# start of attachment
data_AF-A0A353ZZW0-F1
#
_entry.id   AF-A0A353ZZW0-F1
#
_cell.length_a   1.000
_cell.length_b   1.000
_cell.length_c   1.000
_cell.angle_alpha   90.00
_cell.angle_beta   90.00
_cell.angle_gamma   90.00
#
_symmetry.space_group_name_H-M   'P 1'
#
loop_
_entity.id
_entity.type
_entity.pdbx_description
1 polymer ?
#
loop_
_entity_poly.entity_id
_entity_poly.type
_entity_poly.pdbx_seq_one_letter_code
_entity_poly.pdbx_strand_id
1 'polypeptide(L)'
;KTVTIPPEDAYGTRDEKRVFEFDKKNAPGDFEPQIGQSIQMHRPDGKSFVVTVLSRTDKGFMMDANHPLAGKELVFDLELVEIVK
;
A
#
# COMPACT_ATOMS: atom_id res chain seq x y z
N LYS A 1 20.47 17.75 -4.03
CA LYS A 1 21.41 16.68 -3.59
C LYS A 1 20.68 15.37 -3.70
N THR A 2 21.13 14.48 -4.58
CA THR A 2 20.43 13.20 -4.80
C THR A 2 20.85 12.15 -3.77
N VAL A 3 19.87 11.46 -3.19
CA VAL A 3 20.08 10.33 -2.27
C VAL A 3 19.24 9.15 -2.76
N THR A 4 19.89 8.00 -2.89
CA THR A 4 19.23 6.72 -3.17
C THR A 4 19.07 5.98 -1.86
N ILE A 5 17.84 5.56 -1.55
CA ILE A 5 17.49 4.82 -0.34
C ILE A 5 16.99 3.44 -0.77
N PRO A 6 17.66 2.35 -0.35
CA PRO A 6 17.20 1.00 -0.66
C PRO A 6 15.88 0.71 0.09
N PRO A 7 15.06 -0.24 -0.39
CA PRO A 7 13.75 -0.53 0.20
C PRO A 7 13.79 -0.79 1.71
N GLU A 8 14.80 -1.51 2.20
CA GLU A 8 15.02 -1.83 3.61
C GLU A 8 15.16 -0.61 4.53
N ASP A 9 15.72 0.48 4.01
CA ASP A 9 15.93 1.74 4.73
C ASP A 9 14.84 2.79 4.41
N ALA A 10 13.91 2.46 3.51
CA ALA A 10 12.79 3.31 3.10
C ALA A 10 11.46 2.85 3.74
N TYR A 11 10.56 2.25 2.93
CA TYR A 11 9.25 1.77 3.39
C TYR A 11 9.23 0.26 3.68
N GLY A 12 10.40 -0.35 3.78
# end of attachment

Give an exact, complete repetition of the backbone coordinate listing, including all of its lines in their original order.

data_AF-A0A353ZZW0-F1
#
_entry.id   AF-A0A353ZZW0-F1
#
_cell.length_a   1.000
_cell.length_b   1.000
_cell.length_c   1.000
_cell.angle_alpha   90.00
_cell.angle_beta   90.00
_cell.angle_gamma   90.00
#
_symmetry.space_group_name_H-M   'P 1'
#
loop_
_entity.id
_entity.type
_entity.pdbx_description
1 polymer ?
#
loop_
_entity_poly.entity_id
_entity_poly.type
_entity_poly.pdbx_seq_one_letter_code
_entity_poly.pdbx_strand_id
1 'polypeptide(L)'
;KTVTIPPEDAYGTRDEKRVFEFDKKNAPGDFEPQIGQSIQMHRPDGKSFVVTVLSRTDKGFMMDANHPLAGKELVFDLELVEIVK
;
A
#
# COMPACT_ATOMS: atom_id res chain seq x y z
N LYS A 1 20.47 17.75 -4.03
CA LYS A 1 21.41 16.68 -3.59
C LYS A 1 20.68 15.37 -3.70
N THR A 2 21.13 14.48 -4.58
CA THR A 2 20.43 13.20 -4.80
C THR A 2 20.85 12.15 -3.77
N VAL A 3 19.87 11.46 -3.19
CA VAL A 3 20.08 10.33 -2.27
C VAL A 3 19.24 9.15 -2.76
N THR A 4 19.89 8.00 -2.89
CA THR A 4 19.23 6.72 -3.17
C THR A 4 19.07 5.98 -1.86
N ILE A 5 17.84 5.56 -1.55
CA ILE A 5 17.49 4.82 -0.34
C ILE A 5 16.99 3.44 -0.77
N PRO A 6 17.66 2.35 -0.35
CA PRO A 6 17.20 1.00 -0.66
C PRO A 6 15.88 0.71 0.09
N PRO A 7 15.06 -0.24 -0.39
CA PRO A 7 13.75 -0.53 0.20
C PRO A 7 13.79 -0.79 1.71
N GLU A 8 14.80 -1.51 2.20
CA GLU A 8 15.02 -1.83 3.61
C GLU A 8 15.16 -0.61 4.53
N ASP A 9 15.72 0.48 4.01
CA ASP A 9 15.93 1.74 4.73
C ASP A 9 14.84 2.79 4.41
N ALA A 10 13.91 2.46 3.51
CA ALA A 10 12.79 3.31 3.10
C ALA A 10 11.46 2.85 3.74
N TYR A 11 10.56 2.25 2.93
CA TYR A 11 9.25 1.77 3.39
C TYR A 11 9.23 0.26 3.68
N GLY A 12 10.40 -0.35 3.78